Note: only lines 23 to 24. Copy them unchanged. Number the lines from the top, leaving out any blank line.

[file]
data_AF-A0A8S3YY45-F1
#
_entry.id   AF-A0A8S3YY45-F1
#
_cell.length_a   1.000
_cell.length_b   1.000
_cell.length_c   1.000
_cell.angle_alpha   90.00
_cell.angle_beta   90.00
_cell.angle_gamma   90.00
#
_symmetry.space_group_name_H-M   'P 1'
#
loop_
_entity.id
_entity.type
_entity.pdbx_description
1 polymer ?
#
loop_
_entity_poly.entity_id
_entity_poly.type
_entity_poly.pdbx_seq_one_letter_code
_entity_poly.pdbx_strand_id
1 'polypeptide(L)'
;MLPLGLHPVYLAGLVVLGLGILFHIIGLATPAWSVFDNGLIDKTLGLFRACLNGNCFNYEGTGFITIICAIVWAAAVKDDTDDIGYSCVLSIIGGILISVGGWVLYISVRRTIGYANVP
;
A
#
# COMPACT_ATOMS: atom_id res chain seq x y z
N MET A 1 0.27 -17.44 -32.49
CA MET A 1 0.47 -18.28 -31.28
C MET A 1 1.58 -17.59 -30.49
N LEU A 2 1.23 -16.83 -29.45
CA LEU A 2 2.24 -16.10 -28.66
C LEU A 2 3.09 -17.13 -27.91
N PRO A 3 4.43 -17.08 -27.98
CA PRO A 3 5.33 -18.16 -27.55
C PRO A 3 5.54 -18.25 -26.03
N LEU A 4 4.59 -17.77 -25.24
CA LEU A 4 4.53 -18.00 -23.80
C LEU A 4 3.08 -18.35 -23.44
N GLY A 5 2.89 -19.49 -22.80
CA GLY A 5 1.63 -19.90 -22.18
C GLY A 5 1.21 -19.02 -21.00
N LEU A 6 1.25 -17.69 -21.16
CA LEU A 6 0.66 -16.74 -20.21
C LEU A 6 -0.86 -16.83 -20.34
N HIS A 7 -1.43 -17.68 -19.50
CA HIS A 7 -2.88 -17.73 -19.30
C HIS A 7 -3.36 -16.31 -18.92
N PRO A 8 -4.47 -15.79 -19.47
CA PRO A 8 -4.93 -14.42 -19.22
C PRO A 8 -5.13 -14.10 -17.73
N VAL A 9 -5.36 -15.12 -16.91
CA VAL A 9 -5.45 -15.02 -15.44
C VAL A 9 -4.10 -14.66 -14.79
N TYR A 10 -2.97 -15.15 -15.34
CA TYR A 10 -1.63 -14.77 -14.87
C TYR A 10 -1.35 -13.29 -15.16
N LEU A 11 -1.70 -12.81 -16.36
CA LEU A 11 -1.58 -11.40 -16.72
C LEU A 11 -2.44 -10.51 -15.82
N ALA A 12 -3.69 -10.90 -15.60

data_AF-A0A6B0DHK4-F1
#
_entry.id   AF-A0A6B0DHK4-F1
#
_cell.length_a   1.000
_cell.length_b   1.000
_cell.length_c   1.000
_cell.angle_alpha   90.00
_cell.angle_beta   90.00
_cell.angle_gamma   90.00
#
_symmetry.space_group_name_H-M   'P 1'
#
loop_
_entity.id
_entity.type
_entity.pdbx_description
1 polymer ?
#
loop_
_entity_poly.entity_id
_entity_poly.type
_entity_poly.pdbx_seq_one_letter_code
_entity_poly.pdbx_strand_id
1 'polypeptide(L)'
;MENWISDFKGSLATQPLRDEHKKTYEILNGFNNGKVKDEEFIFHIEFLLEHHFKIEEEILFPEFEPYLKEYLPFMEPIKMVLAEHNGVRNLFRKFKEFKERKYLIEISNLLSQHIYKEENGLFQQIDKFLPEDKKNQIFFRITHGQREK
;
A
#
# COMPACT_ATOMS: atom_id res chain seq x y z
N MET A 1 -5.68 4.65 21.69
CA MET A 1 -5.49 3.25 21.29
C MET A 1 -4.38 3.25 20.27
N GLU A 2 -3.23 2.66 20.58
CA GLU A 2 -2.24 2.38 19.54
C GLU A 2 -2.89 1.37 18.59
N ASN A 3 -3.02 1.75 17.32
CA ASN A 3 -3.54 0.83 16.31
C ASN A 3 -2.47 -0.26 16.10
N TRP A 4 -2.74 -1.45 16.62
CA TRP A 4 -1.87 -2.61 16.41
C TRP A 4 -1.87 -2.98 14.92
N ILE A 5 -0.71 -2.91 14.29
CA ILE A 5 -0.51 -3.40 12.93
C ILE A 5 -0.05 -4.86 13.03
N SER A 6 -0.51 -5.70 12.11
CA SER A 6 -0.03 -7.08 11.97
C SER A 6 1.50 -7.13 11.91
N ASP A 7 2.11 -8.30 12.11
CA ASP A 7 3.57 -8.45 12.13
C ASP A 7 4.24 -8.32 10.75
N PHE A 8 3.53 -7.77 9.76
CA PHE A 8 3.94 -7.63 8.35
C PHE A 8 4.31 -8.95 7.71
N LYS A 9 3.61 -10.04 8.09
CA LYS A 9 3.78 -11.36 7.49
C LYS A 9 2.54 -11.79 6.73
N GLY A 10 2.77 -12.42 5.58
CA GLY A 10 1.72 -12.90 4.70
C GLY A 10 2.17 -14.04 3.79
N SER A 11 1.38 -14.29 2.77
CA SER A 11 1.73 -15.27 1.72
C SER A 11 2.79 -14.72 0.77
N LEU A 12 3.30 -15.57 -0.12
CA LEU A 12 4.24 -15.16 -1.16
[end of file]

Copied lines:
_entity_poly.pdbx_seq_one_letter_code
_entity_poly.pdbx_strand_id